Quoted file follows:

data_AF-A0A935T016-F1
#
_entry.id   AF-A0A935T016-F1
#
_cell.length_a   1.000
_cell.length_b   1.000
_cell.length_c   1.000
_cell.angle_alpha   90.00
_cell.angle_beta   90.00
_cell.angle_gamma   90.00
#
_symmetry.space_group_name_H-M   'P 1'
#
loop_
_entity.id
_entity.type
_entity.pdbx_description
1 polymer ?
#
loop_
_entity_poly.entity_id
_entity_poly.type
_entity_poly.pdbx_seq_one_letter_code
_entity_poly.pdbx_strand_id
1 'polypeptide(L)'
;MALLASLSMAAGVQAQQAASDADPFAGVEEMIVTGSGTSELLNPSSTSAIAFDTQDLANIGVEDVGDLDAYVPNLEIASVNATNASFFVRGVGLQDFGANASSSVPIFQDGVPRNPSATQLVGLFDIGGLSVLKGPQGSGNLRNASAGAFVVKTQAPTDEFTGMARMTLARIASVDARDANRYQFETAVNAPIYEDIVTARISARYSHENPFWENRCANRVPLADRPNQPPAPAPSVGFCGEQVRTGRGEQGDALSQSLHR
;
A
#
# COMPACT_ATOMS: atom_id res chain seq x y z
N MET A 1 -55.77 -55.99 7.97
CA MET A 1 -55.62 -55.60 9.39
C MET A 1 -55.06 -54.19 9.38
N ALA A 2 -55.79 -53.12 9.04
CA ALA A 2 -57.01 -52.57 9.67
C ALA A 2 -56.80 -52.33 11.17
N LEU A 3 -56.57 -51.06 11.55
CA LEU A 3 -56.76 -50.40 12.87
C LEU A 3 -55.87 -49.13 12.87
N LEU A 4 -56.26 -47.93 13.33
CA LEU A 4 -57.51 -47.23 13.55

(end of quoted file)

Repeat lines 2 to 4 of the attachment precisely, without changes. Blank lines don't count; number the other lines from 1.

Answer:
#
_entry.id   AF-A0A935T016-F1
#